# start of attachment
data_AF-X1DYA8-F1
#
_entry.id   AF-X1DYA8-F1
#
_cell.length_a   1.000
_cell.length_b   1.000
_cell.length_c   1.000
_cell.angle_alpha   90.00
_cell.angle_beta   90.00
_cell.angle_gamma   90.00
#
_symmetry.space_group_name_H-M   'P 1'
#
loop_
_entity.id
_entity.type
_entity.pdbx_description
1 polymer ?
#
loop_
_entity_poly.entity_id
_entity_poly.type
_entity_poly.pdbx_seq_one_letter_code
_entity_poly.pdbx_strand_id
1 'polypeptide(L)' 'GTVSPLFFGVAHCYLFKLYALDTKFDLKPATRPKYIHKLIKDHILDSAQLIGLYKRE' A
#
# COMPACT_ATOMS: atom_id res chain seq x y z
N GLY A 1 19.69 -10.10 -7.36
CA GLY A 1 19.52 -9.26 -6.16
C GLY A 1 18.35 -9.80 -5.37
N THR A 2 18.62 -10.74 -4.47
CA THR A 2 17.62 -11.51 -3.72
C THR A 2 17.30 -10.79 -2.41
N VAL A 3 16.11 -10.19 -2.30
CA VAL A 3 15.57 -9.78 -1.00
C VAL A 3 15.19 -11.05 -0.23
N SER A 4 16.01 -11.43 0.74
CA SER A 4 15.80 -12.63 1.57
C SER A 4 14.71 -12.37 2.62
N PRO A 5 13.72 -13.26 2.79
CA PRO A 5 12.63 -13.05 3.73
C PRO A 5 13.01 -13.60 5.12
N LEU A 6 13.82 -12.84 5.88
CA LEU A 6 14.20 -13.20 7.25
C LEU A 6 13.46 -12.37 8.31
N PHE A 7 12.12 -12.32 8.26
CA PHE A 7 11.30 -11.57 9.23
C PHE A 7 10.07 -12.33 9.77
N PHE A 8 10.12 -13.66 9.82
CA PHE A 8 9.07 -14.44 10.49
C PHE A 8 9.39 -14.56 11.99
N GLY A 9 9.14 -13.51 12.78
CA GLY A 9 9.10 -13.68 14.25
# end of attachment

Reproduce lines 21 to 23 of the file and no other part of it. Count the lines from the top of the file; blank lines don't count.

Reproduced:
_entity_poly.entity_id
_entity_poly.type
_entity_poly.pdbx_seq_one_letter_code